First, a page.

If we teach children that the fossil record (and indeed evolution itself) is god's little joke on mankind, are we also teaching them to distrust and discount science and mathematics? (I'm reminded of the Bob Jones University Astronomy textbook that denies cosmological distances, black holes, quasars, et al - Like the fossil record, these are god's little joke on mankind.)
What are the implications for the individual child so taught? (Will anyone argue that Bob Jones turns out astronomers employable in the field of astronomy?) And what are the implications on a macro level? A whole generation of children brought up to distrust and discount science?
Mark: Teaching children that there are many theories about the creation of the Universe is doing nothing more than telling them the truth! If someone is teaching them that creation was only caused through an omnipotent being, that is wrong. That's is deception and brainwashing. However, to not teach them about the other theories is just as bad as sticking their heads in the sand so they don't learn about the real world we live in, and all the beliefs therein.
Mikoto, why shouldn't we teach the theory of creationism in schools? What difference does it make where theories originate? What if one day we learn there IS a God...and everything we know in existence originated because of him? I shouldn't have to tell you that MANY myths are based on factual information. The writers of the Bible undoubtedly know all the things they wrote happened for certain, but they used the stories that had been passed from generation to generation for eons and attempted to write it to the best of their limited abilities and with their limited knowledge. For instance...did a global flood as described in the Bible once happen? Scientists have discovered the Earth has flooded and had higher sea levels in the distant past. Scientists have also discovered that the story of Noah was undoubtedly an account of Gilgamesh, which had happened further back than Noah. Both stories have undeniable parallels, and scientists have listened to those stories, and began to study if a flood of the proportion described in those two stories was a real event. They're certain a flood happened that affected thousands of people, but we also know the Earth didn't flood completely all over, and it didn't rain for 40 days and 40 nights. All that was writer embellishment. Journalists have been using sensationalism for thousands of years!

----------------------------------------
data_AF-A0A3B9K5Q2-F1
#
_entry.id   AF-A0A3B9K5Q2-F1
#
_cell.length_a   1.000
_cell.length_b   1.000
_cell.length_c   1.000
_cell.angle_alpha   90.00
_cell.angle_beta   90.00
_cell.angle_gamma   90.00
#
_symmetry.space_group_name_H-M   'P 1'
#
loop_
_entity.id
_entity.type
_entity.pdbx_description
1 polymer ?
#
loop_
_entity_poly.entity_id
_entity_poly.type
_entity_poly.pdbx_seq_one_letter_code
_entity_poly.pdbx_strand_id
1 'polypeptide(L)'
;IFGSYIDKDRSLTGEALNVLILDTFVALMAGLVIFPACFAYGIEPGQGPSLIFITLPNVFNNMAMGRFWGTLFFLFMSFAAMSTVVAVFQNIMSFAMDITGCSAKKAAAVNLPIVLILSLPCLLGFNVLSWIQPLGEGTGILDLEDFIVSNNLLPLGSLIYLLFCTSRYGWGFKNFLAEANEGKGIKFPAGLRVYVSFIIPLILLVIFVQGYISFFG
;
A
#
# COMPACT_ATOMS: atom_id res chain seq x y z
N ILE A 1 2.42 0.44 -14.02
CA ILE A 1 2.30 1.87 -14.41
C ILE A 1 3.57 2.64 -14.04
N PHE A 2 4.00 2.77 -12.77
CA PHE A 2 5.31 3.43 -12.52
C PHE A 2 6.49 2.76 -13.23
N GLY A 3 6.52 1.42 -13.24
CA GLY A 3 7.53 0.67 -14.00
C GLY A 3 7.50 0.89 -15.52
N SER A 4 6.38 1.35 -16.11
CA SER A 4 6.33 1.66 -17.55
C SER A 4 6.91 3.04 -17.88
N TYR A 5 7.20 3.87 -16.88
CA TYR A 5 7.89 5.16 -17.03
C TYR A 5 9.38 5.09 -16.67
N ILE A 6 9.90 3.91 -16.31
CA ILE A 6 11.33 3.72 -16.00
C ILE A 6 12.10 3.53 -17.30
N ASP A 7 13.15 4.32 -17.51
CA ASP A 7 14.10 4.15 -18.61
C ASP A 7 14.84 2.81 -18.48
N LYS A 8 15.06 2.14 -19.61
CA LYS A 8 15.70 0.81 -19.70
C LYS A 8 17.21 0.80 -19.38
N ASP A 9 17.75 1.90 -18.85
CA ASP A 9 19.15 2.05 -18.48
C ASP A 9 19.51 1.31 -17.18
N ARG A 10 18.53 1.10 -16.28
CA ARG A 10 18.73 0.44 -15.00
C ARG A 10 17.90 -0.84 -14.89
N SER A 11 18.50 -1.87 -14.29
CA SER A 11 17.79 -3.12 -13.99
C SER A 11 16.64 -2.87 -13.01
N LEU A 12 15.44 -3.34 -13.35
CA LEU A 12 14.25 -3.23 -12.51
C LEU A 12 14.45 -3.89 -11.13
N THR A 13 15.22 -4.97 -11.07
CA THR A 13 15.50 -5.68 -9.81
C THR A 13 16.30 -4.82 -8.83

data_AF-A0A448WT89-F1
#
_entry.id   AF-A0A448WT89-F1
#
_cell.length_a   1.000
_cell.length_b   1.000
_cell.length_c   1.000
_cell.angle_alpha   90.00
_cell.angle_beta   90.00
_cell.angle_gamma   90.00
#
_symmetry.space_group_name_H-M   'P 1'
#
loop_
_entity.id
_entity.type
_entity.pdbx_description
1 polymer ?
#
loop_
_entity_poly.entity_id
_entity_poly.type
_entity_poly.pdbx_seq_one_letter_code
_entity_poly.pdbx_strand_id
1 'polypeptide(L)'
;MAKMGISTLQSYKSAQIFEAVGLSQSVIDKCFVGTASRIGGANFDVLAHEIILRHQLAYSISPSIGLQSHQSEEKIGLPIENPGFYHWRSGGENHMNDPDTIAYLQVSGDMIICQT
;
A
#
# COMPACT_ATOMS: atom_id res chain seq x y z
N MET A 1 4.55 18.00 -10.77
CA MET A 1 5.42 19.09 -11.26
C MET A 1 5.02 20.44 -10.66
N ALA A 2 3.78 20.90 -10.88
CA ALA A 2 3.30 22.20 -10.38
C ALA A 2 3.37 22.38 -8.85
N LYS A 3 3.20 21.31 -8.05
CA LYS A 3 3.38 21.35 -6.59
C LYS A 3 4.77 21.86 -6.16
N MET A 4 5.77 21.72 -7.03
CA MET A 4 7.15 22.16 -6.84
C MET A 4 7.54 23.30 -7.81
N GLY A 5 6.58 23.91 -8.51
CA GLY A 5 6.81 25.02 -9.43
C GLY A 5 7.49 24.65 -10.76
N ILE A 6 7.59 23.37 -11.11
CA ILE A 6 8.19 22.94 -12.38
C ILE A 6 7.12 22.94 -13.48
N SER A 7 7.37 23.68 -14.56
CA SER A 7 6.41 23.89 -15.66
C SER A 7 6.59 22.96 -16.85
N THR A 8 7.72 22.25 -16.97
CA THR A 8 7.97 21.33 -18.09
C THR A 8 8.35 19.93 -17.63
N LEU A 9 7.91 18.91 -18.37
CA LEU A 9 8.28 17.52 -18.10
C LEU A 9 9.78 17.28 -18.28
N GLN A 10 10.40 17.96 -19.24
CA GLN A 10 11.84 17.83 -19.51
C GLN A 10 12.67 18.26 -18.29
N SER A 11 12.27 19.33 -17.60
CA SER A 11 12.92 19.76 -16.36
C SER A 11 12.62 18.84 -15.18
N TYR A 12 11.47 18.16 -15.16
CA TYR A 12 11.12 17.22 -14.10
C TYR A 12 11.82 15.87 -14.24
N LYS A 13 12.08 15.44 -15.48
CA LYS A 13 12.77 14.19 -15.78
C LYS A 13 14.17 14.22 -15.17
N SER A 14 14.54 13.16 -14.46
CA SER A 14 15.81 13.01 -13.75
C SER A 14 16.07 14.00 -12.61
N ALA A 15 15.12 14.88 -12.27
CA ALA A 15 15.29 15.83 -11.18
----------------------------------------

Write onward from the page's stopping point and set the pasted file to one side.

...And Scott, why would the fossil record be god's little joke on mankind? To me, the fossil record lets us know that there is more knowledge out there than just what is learned from ONE source (like the Bible). Explaining a few of the main theories of our creation was the way I was taught as a child, and I didn't ever distrust or discount science. My teacher told me the leading scientific theories, and when someone in the class said, "I thought God created the Universe"...she simply said, "Yes, that is what a lot of people believe."
To me...the fossil record, evolution, and the science behind the Big Bang totally mesh with my other beliefs that originate from the account I learned in the Bible. The Bible didn't say HOW God created the Universe. I also never believed the Bible had it's account of the creation of the universe and life, completely correct down to the last little detail. The Bible was written by men...and as we know, men often have ulterior motives, and/or wrong information when they're writing a book.
I was taught to take all the theories, and believe what I chose to believe, because as I said earlier...NOBODY knows exactly how and why the Universe came to be, and how and why lifeforms were created. God could have created the Universe via the Big Bang, and made certain the seeds of life were planted and would evolve as planned. OR, we could ALL be wrong with every current theory (religiously-related or not).
Scientists are still figuring out when and how early mankind spread around the world. It was once taught that people left Africa traveling east, until they reached what is now the Bering Strait...then they crossed over the frozen sea into North America. HOWEVER, now scientists are rethinking that theory, as much evidence has come to light that man could have been in North America MUCH earlier than previously thought. We now know Christopher Columbus was not, and never was the discoverer of North America. The Vikings beat him by several hundred years, and again, new things are being examined that may indicate that mankind was here in some capacity even before the Vikings found "Vineland".
So, you believe that the Earth could be 6000 years old, there isn't enough empirical data to establish that the Earth is millions and millions of years old.
And we should teach that to children?